Content Background Top
Tag Archives: aerospace

FEB

06

2013

0 Comments
avatar Category: Aerospace

Improving Aircraft Seating

, Executive Director - Global Aerospace

In September I spoke in Seattle, Wash., at the High Performance Composites in Aircraft Interiors Conference, sponsored by CompositesWorld.  It was an excellent conference, with representatives from the OEMs and suppliers from the interiors, seating, component and materials industries.  My presentation focused on Altair’s efforts in the design of aircraft seating to reduce weight and insure safety.  You can read a short summary of my talk in High Performance Composites.  You can also view my presentation on the Altair HyperWorks website.

 

Driving Design towards a lighter solution Read More


DEC

27

2012

2 Comments
Category: Tech Trends in Simulation

2012: Simulation’s Year of Discovery

, Senior Vice President – Solver products

In 2012, a growing number of industries discovered new ways to use simulation to improve their designs, safety, performance and sustainability. While the automotive sector continued to increase its reliance on simulation to make vehicles lighter and more fuel-efficient, engineers and designers found ways that simulation could save weight, costs and lives in everything from cruise ships to airliners.

We touched on these emerging trends throughout the year, and here are the top five trend-related posts that I believe demonstrate the future of simulation in our products and our lives: Read More


AUG

15

2012

0 Comments
Category: Aerospace

Curiosity Rover: Excitement and Inspiration

, Executive Director - Global Aerospace

It was great to see the excitement in the room at JPL when the Curiosity Rover sent  its first signal that it was safely on the surface of Mars.  A lot of hard work from NASA engineers and many contractors had finally paid off.  When I was a senior at MIT in 1986 in the AeroAstro Department, my class was given an assignment by NASA to design a manned mission to Mars.  We discussed the general outline of the program and decided on a three-phase mission.  Phase I would be to send a vessel to Mars that would orbit the red planet and map the entire surface.  Phase II would be to send a rover to Mars that would move around the surface and collect samples that would be returned to earth for further study.  Phase III would be to send a crew to the planet.  The class then split into teams to take on various parts of the mission, and I was selected to lead the “Rover” team.  We designed a rover that looks very similar to Curiosity and addressed the issues regarding maneuverability, control, sensors, and instruments.  It was a great project, and we all learned a lot.  NASA got the benefit of seeing what the next generation of engineers could produce.  I was excited to see the first successful Mars rover mission, Pathfinder, in 1997.  We all hope Curiosity will continue to provide useful information to our scientists and engineers. Read More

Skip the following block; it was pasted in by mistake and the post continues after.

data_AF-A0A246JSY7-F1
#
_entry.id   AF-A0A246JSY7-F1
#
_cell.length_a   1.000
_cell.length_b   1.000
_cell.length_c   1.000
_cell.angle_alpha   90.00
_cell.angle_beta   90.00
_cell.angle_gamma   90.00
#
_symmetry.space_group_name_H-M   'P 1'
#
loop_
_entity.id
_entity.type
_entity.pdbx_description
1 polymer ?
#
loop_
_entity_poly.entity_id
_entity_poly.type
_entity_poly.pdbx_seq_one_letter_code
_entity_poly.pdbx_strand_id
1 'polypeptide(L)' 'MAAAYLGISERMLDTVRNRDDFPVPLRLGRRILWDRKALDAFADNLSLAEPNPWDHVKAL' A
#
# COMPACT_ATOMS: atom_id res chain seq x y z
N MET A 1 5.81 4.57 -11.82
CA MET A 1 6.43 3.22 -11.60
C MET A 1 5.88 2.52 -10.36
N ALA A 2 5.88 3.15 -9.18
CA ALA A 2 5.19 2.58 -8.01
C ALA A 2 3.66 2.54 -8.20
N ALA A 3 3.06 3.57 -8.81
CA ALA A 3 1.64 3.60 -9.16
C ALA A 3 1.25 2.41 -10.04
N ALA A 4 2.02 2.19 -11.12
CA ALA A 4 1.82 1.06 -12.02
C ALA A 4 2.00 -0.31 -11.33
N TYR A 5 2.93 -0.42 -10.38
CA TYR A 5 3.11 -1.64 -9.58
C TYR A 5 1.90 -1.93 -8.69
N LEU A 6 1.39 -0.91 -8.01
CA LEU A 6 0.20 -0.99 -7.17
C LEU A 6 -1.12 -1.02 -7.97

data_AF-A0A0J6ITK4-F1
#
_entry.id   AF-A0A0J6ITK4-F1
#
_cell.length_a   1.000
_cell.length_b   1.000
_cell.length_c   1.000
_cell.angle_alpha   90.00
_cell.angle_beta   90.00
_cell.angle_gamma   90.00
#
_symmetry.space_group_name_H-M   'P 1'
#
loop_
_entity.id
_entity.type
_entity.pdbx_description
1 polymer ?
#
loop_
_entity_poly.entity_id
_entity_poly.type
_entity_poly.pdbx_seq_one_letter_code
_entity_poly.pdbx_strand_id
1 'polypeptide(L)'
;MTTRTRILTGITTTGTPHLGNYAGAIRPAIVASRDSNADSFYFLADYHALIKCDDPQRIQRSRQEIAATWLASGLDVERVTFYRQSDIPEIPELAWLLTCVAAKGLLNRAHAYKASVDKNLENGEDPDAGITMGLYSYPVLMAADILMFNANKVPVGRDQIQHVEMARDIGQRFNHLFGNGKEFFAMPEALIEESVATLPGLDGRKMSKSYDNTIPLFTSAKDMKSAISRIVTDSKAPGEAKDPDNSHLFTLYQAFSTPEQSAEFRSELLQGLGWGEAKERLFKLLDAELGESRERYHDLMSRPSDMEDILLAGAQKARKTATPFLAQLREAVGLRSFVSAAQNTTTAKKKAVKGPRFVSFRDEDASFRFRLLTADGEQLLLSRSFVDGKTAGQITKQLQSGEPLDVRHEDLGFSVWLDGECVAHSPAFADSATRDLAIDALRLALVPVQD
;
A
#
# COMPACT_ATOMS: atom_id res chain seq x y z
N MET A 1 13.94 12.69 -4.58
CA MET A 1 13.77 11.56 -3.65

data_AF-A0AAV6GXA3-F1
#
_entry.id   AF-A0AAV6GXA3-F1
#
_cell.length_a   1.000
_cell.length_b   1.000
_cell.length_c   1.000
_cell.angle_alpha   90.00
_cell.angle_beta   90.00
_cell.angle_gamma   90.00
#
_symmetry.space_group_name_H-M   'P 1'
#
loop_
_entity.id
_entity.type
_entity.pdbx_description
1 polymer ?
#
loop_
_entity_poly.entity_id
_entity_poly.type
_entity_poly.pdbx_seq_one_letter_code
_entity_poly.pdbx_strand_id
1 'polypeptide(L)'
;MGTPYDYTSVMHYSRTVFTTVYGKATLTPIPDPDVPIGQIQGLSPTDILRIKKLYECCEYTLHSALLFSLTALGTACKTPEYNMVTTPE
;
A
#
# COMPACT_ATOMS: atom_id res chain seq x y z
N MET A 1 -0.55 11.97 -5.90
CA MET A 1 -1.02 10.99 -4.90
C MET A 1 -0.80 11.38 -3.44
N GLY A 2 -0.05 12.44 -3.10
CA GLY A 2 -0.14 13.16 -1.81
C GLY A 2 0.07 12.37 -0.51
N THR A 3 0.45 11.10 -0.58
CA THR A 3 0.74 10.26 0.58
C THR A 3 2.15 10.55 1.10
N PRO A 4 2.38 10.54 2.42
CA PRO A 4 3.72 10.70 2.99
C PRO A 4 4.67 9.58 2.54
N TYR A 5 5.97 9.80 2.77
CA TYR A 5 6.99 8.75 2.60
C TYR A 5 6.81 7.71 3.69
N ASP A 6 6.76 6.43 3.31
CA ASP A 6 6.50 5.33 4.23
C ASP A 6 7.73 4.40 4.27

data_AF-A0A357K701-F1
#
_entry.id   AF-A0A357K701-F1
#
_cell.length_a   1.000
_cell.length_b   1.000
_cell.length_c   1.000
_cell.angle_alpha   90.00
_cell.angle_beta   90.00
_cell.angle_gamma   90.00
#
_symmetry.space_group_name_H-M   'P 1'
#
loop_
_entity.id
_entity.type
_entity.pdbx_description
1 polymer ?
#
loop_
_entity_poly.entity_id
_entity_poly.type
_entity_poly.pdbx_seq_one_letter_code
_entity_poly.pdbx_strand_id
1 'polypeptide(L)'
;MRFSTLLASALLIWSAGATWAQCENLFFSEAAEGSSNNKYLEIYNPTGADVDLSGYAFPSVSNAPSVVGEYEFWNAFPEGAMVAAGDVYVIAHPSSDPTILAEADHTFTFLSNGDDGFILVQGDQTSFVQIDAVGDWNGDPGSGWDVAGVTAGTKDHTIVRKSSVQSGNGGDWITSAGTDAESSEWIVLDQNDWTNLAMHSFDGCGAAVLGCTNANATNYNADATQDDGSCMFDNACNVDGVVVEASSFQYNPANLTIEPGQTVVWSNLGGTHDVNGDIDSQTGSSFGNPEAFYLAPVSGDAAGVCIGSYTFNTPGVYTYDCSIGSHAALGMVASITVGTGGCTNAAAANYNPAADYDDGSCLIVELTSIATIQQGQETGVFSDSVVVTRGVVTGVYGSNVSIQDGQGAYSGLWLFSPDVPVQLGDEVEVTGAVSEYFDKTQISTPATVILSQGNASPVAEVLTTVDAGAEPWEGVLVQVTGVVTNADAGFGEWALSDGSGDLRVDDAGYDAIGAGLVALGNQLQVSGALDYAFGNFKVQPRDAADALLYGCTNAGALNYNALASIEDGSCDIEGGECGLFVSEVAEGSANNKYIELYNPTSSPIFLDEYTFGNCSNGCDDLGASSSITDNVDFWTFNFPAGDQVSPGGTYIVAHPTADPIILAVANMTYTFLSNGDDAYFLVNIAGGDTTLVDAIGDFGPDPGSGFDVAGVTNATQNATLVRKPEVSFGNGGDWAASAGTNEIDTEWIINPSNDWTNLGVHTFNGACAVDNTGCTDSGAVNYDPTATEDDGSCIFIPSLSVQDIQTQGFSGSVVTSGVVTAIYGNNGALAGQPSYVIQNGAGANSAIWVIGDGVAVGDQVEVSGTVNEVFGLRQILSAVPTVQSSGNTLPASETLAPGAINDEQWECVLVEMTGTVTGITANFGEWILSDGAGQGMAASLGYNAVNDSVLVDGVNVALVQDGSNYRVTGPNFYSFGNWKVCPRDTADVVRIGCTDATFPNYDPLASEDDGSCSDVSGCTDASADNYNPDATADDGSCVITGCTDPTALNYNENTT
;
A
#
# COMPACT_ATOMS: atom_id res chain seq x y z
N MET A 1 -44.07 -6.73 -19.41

AUG

06

2012

0 Comments

This post was taken from Altair Enlighten.

During a recent meeting with Chris Wilkinson, Engineering Director at Spirit AeroSystems, he kindly agreed to sit down for a short discussion (video below) regarding the use of simulation technology in the aerospace industry. Chris is a fascinating person to speak to about the future of design and is a firm believer that additive manufacturing and 3D printing is the inevitable future of manufacturing. Read More


JUL

19

2012

0 Comments
Category: Aerospace

Farnborough and Japan

, Executive Director - Global Aerospace

I intently watched the news coming out of the Farnborough Air Show held recently, and I was happy to see the positive reviews of the Qatar Airlines 787.  People were raving about the comfortable cabin layout, the seating, the unique lighting, and the large windows.

This event comes on the heels of my recent visit to Japan.  The Japanese are very proud of their involvement on the 787 program.  At our HyperWorks Technology Conference in Japan, Altair COO Brett Chouinard recounted his recent experience flying on the 787 from Tokyo to Hiroshima.  Like those at Farnborough, he also raved about the plane’s features, including the quiet ride.  I also discovered that Eiichi Kasono, one of our managers in Japan, has flown on both the Airbus A380 and Boeing 787.  He happened to be on the inaugural commercial flight of the A380 and has flown on the 787 several times.

Altair had significant involvement with both the A380 and 787 programs, helping to reduce the weight of both aircrafts.  We are proud of our involvement and the positive contributions of our engineers and our technology.

I’m still waiting on my first 787 flight, so I might need to head back to Japan!

Content Background Bottom

© Copyright 2012 Altair Engineering, Inc. All Rights Reserved.